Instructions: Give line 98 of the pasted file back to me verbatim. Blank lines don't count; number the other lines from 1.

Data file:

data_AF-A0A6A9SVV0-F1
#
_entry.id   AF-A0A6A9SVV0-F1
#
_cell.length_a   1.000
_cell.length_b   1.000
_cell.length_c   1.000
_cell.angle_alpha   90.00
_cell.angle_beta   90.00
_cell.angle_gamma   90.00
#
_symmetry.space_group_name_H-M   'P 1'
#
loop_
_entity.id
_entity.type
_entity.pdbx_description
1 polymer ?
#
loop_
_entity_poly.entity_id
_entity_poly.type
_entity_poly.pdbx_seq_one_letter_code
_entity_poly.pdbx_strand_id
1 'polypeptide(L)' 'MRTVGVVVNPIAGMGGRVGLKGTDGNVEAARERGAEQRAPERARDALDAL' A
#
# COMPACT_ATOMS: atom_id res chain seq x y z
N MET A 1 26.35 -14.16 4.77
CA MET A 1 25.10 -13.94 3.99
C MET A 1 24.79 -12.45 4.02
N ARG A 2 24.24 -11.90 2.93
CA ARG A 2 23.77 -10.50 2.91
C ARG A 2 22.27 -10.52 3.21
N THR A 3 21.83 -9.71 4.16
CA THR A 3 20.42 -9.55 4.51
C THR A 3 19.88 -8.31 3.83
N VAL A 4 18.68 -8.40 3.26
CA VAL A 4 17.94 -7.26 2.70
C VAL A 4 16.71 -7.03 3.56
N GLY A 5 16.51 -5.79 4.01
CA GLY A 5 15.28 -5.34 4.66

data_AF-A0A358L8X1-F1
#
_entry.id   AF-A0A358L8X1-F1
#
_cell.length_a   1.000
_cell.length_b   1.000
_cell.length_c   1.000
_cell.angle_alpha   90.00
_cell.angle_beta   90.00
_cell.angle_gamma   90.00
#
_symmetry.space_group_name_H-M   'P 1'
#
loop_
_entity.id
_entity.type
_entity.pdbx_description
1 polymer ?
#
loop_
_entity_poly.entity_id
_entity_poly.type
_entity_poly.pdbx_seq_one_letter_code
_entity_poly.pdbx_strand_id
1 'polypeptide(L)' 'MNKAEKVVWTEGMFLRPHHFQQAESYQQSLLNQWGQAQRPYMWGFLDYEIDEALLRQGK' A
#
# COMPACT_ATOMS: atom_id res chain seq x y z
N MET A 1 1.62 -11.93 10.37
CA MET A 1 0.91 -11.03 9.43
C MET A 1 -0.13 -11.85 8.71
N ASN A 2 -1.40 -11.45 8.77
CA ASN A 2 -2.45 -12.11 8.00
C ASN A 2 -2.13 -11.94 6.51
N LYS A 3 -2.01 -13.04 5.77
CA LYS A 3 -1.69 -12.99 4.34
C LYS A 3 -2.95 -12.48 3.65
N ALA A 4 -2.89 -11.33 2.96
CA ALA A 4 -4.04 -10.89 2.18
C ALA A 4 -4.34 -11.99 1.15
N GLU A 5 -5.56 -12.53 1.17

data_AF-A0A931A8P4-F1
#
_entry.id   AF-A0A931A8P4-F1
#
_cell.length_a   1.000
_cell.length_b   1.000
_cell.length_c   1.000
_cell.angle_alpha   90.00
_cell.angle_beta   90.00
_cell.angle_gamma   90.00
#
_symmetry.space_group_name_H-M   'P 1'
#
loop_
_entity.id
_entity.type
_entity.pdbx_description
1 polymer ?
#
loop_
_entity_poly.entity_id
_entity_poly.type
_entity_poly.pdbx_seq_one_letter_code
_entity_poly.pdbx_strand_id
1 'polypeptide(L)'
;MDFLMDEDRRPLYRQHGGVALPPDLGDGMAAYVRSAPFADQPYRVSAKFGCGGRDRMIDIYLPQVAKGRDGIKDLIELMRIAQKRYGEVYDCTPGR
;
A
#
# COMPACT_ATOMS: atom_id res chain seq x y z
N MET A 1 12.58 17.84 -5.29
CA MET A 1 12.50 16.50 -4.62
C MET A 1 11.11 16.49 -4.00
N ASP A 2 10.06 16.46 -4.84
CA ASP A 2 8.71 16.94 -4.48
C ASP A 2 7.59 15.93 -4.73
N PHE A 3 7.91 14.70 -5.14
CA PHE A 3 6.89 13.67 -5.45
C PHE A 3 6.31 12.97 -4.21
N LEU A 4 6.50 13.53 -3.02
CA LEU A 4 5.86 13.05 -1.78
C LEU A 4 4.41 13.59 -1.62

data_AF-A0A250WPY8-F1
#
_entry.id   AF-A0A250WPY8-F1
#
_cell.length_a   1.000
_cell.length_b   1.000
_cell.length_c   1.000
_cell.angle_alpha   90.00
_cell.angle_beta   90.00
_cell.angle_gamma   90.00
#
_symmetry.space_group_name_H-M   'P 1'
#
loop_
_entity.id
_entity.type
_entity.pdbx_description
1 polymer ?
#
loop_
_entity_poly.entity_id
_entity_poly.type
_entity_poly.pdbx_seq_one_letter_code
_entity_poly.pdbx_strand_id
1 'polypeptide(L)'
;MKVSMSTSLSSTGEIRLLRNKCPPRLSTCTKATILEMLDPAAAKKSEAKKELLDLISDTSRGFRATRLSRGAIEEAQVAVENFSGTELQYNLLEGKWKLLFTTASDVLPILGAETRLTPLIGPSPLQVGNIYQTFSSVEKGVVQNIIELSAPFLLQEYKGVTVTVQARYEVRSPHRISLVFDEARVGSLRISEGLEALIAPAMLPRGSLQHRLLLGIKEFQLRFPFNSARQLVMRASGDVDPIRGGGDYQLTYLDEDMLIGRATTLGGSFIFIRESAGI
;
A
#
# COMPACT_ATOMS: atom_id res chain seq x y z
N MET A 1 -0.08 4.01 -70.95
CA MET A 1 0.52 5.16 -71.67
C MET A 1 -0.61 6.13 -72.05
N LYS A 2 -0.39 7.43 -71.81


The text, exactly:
_entity.pdbx_description